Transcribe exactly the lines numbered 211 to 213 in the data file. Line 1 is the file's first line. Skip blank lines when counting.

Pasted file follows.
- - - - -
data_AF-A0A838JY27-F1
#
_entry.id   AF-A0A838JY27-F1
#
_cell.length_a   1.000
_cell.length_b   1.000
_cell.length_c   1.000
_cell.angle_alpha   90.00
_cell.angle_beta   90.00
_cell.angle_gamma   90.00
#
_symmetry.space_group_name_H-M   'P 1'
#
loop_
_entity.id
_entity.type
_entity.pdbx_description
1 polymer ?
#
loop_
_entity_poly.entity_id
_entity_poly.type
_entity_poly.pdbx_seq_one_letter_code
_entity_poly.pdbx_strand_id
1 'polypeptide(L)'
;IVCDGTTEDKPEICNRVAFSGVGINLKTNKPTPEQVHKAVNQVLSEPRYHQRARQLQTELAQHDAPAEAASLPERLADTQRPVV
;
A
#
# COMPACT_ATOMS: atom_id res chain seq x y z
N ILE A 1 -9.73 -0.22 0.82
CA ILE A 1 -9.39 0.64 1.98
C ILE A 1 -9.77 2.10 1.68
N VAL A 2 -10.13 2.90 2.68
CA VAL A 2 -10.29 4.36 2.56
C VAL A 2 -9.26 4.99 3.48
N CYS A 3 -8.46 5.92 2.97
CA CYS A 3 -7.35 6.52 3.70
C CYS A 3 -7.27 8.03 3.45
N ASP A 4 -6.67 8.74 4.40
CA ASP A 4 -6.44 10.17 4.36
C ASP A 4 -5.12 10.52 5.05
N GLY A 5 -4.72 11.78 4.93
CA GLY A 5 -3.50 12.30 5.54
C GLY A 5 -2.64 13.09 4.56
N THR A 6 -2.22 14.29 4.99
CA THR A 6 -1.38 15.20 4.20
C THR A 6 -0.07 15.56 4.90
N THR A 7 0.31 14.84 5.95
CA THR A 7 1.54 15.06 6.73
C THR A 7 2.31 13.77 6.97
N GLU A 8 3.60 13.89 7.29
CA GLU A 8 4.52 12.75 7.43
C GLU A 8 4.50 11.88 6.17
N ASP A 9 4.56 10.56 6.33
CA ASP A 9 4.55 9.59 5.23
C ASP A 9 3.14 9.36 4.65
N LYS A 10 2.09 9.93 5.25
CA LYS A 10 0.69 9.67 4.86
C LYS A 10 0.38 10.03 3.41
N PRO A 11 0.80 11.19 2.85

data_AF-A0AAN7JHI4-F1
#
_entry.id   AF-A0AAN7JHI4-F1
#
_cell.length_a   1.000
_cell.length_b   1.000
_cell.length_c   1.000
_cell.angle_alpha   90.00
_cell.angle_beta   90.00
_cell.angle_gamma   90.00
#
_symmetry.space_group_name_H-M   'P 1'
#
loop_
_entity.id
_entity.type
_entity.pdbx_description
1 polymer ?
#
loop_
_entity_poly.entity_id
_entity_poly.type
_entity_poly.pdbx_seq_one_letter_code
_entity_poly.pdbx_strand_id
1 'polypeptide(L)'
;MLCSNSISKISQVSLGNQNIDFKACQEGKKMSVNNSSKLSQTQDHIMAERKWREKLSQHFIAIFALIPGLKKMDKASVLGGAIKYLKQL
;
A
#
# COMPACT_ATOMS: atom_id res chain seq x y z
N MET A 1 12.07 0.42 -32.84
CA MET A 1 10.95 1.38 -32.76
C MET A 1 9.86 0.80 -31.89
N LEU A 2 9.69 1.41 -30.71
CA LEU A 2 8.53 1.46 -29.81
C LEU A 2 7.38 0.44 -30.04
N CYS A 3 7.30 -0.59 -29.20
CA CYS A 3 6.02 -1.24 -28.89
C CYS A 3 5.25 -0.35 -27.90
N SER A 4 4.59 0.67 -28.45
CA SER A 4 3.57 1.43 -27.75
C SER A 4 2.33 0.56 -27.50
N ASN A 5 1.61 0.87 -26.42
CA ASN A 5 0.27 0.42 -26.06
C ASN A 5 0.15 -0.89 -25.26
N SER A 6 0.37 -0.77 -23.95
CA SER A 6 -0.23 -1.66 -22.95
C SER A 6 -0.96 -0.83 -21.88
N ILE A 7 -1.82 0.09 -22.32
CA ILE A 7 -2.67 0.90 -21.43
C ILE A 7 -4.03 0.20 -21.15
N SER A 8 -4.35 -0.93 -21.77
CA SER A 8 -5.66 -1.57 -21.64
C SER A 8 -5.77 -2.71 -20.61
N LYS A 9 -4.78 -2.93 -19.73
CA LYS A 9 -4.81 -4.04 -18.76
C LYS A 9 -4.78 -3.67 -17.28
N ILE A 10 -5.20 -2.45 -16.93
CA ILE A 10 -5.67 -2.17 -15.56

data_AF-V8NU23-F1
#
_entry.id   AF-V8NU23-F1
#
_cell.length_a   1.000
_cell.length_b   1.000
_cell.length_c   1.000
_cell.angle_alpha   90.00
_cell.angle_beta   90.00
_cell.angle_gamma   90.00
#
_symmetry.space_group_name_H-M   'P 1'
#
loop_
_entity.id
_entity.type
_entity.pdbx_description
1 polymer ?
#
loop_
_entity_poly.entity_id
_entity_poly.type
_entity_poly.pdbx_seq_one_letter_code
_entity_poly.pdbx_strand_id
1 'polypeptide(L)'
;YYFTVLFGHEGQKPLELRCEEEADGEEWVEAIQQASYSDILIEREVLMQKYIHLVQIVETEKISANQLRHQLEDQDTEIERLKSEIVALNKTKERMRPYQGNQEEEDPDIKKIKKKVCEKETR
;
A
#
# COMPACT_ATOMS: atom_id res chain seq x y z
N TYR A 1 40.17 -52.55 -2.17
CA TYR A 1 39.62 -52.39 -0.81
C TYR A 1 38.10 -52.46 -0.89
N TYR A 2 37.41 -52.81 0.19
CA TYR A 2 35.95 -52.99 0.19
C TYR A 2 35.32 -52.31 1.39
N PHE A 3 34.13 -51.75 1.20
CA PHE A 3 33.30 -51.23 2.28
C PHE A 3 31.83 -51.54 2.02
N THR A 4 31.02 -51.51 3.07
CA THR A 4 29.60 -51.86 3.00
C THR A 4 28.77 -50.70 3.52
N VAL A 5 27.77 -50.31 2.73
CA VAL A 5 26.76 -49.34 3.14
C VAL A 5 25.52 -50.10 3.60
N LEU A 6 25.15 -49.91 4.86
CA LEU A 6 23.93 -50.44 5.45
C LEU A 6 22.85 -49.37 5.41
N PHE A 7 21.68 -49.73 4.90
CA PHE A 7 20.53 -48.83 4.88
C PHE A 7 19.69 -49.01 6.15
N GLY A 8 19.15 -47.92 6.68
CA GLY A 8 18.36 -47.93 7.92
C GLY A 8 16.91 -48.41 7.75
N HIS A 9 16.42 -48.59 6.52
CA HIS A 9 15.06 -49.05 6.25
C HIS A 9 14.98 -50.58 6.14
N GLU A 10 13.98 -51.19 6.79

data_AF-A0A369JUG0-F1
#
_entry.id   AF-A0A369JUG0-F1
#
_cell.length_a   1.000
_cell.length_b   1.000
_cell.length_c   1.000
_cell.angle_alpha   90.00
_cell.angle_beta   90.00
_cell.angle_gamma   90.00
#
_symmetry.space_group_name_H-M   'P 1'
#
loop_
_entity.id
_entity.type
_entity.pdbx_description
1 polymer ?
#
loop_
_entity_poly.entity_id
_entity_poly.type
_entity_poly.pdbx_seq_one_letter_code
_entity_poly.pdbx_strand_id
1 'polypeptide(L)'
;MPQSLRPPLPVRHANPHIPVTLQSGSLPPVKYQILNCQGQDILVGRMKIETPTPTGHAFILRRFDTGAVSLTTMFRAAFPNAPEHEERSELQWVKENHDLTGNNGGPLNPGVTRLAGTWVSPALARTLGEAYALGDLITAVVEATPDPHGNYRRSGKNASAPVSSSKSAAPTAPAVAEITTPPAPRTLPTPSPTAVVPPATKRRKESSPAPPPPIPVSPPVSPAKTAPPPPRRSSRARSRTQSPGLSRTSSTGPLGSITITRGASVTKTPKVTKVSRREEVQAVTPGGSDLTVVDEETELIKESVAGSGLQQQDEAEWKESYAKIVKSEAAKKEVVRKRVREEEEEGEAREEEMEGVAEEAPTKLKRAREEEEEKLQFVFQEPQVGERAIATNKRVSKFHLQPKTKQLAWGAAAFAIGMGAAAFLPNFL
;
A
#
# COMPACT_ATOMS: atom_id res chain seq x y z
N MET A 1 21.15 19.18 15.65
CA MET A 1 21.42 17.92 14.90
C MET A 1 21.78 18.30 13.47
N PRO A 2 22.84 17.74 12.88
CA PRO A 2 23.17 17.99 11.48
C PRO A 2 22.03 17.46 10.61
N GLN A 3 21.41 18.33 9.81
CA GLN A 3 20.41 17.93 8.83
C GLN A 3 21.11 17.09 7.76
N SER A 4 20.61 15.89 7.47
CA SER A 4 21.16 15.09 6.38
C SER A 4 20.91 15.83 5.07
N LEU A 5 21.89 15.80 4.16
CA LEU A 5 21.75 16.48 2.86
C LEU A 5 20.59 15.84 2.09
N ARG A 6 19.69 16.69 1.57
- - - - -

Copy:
C MET A 1 21.78 18.30 13.47
N PRO A 2 22.84 17.74 12.88
CA PRO A 2 23.17 17.99 11.48